Handwriting in the secondary school … not a secondary skill.
It is often when the pressures of exams and course work accelerate in the secondary school that it becomes apparent that some pupils do not have the necessary skills to cope effectively. This publication is written for teachers and others working with secondary age students and suggests strategies to assist.
ISBN: 1 872832 89 X
“This helpful book from the Handwriting Interest Group brings our attention to the sometimes-neglected skills of handwriting. Children enter secondary school with a wide variation in their competence and ability to produce good clear writing at a reasonable speed. Secondary teachers often tend to assume this area will have been well covered in the primary years; unfortunately this is not always the case.
Those entering secondary school with poor handwriting skills are going to be at an immediate disadvantage, finding this affects their work across the curriculum. Poor handwriting slows progress, reduces the volume and content of work and can also make a piece of work unreadable and hinder spelling. Often teachers have been so busy with reading and spelling that handwriting gets missed both in the classroom and in the SpLD profile of a person. The book looks at the causes of this, how to identify those who need help, and how they can be supported. There is a good section on classroom tips followed by tips on keyboarding for those with more severe difficulties who need to use a laptop. Practical suggestions for posture, using writing slopes, pencils grips and other aids are also mentioned. This publication will be useful for anyone working with children, with SpLDs and parents. The underlying frustrations of handwriting difficulties for an individual should not be underestimated nor indeed the range of problems they can cause.” Sophie Irwin, SpLDs Tutor & Disability Awareness Trainer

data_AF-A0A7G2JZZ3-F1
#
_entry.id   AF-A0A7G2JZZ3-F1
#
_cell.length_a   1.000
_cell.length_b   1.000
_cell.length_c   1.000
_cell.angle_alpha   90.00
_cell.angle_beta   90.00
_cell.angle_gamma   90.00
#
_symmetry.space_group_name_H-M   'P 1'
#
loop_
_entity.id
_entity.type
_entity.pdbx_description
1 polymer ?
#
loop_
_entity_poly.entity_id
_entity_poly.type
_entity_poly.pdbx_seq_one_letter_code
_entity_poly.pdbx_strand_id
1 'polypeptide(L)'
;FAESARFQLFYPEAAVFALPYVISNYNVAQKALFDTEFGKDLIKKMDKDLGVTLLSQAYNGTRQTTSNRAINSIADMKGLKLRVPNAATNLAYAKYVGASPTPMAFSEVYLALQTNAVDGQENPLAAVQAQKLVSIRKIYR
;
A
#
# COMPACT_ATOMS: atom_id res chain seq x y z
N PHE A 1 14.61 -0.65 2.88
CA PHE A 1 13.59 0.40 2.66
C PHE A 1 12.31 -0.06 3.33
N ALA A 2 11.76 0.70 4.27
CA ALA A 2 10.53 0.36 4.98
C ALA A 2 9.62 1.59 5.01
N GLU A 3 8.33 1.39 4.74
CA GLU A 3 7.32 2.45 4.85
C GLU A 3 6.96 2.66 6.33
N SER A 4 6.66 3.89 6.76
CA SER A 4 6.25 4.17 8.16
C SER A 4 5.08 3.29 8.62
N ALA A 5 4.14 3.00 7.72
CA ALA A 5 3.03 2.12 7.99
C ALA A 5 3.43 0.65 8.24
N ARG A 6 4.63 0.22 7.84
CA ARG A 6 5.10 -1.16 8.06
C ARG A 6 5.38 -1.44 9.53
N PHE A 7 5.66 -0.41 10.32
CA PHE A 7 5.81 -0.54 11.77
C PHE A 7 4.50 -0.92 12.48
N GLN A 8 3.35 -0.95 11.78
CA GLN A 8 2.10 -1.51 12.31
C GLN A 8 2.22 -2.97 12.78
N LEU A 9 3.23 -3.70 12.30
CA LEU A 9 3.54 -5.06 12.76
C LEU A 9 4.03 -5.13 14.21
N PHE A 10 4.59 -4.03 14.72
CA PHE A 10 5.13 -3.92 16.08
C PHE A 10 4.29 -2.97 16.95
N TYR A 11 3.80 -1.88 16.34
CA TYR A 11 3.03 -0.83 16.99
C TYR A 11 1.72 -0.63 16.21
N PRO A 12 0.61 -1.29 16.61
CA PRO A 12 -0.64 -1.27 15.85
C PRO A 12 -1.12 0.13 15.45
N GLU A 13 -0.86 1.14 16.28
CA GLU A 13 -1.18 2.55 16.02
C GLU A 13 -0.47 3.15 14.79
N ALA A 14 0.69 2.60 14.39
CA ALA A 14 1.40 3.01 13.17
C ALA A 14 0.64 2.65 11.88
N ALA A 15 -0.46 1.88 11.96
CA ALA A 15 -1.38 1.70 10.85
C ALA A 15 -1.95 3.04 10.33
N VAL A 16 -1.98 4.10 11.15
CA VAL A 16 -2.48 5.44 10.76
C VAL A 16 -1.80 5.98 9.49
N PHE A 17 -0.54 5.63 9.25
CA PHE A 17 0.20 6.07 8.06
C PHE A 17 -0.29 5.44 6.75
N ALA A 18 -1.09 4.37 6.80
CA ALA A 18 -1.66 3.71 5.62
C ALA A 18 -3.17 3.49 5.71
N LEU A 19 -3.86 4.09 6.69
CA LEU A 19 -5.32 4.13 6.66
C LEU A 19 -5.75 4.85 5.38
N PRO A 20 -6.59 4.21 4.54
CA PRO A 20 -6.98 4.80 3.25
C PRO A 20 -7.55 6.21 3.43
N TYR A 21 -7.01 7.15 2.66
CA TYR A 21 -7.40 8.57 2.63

“The book is clear and concise and guides the reader through the introduction to the complex facets of handwriting and the types and causes of problems, and gives ideas on how to identify problems and tips on how to help. It reminds the reader that handwriting skills take time to perfect and that rules need to be taught in a well structured way. In this way it reinforces the notion that difficulties with handwriting can be the result of either a within-child problem (such as poor motor control) or a problem within the education system and the experience that a child has had in relation to writing. Another useful distinction drawn is the different modes of writing used in school, the fast note-taking mode and the better quality more formal mode for the presentation of assignments, requiring different skills.” Vicky McQuillian, a Lecturer in OT at The University of Liverpool, in the British Association of Occupational Therapy Journal